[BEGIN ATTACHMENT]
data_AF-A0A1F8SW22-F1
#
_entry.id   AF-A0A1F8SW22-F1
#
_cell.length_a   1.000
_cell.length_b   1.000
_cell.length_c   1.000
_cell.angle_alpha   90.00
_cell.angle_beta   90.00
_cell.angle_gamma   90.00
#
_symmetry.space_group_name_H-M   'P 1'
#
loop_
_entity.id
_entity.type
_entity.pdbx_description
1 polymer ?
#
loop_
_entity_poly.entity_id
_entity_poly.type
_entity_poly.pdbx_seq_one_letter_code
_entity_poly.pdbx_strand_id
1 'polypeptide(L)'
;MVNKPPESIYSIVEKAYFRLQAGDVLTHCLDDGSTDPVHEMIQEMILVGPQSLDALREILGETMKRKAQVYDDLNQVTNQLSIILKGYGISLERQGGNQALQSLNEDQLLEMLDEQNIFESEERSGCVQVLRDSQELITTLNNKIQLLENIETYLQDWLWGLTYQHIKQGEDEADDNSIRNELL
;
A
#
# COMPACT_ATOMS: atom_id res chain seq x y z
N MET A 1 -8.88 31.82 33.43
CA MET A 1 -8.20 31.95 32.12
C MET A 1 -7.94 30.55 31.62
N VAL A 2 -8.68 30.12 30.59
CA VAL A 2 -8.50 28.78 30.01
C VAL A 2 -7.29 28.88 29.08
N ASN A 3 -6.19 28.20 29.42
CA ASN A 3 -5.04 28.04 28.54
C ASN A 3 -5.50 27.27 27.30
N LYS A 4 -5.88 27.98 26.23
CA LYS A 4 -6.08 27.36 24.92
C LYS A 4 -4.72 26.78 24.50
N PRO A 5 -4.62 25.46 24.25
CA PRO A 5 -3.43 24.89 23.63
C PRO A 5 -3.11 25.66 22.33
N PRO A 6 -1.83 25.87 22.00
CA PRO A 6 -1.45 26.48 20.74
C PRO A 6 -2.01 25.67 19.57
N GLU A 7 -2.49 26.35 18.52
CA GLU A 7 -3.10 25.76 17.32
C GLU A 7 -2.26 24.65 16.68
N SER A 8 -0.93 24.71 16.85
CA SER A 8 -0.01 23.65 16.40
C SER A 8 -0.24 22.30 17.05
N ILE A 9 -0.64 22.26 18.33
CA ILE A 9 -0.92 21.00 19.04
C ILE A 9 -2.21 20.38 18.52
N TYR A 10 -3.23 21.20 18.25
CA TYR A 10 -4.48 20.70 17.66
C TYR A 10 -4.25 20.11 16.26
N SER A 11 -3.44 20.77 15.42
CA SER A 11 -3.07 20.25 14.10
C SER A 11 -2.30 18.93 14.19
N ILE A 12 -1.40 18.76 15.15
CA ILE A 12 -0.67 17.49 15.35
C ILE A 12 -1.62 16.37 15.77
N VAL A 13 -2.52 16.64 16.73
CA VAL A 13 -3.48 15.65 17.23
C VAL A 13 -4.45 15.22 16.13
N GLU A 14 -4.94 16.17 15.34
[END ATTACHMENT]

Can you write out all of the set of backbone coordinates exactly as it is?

data_AF-A0A1F8SW22-F1
#
_entry.id   AF-A0A1F8SW22-F1
#
_cell.length_a   1.000
_cell.length_b   1.000
_cell.length_c   1.000
_cell.angle_alpha   90.00
_cell.angle_beta   90.00
_cell.angle_gamma   90.00
#
_symmetry.space_group_name_H-M   'P 1'
#
loop_
_entity.id
_entity.type
_entity.pdbx_description
1 polymer ?
#
loop_
_entity_poly.entity_id
_entity_poly.type
_entity_poly.pdbx_seq_one_letter_code
_entity_poly.pdbx_strand_id
1 'polypeptide(L)'
;MVNKPPESIYSIVEKAYFRLQAGDVLTHCLDDGSTDPVHEMIQEMILVGPQSLDALREILGETMKRKAQVYDDLNQVTNQLSIILKGYGISLERQGGNQALQSLNEDQLLEMLDEQNIFESEERSGCVQVLRDSQELITTLNNKIQLLENIETYLQDWLWGLTYQHIKQGEDEADDNSIRNELL
;
A
#
# COMPACT_ATOMS: atom_id res chain seq x y z
N MET A 1 -8.88 31.82 33.43
CA MET A 1 -8.20 31.95 32.12
C MET A 1 -7.94 30.55 31.62
N VAL A 2 -8.68 30.12 30.59
CA VAL A 2 -8.50 28.78 30.01
C VAL A 2 -7.29 28.88 29.08
N ASN A 3 -6.19 28.20 29.42
CA ASN A 3 -5.04 28.04 28.54
C ASN A 3 -5.50 27.27 27.30
N LYS A 4 -5.88 27.98 26.23
CA LYS A 4 -6.08 27.36 24.92
C LYS A 4 -4.72 26.78 24.50
N PRO A 5 -4.62 25.46 24.25
CA PRO A 5 -3.43 24.89 23.63
C PRO A 5 -3.11 25.66 22.33
N PRO A 6 -1.83 25.87 22.00
CA PRO A 6 -1.45 26.48 20.74
C PRO A 6 -2.01 25.67 19.57
N GLU A 7 -2.49 26.35 18.52
CA GLU A 7 -3.10 25.76 17.32
C GLU A 7 -2.26 24.65 16.68
N SER A 8 -0.93 24.71 16.85
CA SER A 8 -0.01 23.65 16.40
C SER A 8 -0.24 22.30 17.05
N ILE A 9 -0.64 22.26 18.33
CA ILE A 9 -0.92 21.00 19.04
C ILE A 9 -2.21 20.38 18.52
N TYR A 10 -3.23 21.20 18.25
CA TYR A 10 -4.48 20.70 17.66
C TYR A 10 -4.25 20.11 16.26
N SER A 11 -3.44 20.77 15.42
CA SER A 11 -3.07 20.25 14.10
C SER A 11 -2.30 18.93 14.19
N ILE A 12 -1.40 18.76 15.15
CA ILE A 12 -0.67 17.49 15.35
C ILE A 12 -1.62 16.37 15.77
N VAL A 13 -2.52 16.64 16.73
CA VAL A 13 -3.48 15.65 17.23
C VAL A 13 -4.45 15.22 16.13
N GLU A 14 -4.94 16.17 15.34